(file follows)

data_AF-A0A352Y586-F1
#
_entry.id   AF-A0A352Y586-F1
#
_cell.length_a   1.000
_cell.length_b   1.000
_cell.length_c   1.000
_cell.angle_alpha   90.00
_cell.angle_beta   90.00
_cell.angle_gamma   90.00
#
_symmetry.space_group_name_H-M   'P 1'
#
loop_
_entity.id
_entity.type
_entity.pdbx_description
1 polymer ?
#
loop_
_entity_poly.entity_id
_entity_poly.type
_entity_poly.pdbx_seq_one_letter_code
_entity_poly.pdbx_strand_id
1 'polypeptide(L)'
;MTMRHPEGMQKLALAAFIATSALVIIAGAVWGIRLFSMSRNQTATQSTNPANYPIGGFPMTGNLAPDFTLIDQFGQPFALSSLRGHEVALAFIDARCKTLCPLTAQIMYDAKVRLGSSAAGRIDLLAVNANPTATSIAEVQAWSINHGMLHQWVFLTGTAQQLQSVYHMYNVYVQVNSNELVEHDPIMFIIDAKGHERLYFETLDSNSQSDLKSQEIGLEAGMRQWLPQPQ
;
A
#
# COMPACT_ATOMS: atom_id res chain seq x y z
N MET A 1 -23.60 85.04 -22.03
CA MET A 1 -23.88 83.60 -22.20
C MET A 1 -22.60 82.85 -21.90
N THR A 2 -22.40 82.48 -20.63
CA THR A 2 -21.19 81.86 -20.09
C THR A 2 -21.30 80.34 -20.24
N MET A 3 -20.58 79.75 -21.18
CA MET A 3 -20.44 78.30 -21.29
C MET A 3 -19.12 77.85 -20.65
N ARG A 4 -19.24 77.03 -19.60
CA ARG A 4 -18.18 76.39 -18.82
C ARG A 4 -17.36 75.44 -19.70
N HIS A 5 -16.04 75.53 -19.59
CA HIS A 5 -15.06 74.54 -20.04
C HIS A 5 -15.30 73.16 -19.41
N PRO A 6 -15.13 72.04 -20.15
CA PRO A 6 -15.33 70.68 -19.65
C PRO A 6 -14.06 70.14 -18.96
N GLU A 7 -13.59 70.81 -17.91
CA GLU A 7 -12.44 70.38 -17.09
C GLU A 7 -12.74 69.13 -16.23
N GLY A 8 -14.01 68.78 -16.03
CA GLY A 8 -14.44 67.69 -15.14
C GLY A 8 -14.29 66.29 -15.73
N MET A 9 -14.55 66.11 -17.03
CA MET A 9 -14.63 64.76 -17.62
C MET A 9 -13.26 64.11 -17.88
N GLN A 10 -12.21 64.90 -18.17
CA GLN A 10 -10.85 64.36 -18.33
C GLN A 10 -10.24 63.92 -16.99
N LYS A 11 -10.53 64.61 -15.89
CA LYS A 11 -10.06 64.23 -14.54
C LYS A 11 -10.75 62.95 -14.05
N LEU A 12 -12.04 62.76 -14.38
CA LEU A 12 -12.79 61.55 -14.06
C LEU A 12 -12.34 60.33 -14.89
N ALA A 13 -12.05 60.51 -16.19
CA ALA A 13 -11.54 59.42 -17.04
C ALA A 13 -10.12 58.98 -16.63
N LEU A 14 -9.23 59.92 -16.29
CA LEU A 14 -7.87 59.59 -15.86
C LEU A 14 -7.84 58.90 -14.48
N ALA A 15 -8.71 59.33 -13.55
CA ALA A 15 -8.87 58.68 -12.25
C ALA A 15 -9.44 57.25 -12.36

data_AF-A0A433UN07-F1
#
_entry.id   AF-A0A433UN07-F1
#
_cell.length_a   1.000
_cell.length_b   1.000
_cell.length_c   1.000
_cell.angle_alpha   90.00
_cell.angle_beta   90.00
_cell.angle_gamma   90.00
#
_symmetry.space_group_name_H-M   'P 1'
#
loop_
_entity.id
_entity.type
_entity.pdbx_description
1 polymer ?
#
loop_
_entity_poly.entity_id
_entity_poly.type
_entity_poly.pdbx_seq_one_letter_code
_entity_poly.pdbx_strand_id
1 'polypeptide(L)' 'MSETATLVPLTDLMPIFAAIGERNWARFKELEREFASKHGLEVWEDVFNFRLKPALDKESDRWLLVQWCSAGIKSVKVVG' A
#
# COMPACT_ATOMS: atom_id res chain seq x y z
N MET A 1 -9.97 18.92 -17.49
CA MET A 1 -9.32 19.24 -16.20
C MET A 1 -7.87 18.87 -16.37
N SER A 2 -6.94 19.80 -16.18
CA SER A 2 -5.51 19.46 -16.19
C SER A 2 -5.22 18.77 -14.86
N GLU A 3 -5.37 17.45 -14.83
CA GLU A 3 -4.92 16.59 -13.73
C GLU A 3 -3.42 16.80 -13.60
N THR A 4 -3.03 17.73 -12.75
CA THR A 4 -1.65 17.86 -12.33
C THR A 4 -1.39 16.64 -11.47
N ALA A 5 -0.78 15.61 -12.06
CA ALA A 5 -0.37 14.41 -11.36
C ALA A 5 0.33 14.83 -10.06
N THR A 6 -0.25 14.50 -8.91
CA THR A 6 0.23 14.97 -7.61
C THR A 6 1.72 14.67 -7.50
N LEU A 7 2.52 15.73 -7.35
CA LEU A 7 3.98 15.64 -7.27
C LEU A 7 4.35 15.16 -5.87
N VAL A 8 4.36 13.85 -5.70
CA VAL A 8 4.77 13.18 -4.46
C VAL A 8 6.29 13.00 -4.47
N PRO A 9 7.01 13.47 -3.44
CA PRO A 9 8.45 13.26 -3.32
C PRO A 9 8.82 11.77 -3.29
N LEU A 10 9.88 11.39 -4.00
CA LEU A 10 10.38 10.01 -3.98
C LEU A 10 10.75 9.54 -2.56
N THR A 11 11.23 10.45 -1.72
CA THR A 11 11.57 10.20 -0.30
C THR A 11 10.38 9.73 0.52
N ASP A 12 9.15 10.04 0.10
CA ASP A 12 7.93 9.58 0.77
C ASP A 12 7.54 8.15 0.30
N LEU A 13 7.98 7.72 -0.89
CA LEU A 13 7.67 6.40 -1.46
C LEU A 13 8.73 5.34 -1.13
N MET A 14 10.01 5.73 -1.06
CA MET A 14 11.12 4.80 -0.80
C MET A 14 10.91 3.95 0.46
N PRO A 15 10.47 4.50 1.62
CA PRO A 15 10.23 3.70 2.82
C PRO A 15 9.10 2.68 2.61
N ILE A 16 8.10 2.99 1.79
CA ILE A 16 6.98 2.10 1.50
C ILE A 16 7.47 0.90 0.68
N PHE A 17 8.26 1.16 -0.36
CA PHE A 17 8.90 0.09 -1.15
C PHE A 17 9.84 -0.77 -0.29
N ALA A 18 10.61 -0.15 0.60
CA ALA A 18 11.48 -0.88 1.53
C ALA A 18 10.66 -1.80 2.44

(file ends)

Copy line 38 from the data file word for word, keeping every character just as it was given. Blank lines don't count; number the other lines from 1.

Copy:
CA MET A 3 -20.44 78.30 -21.29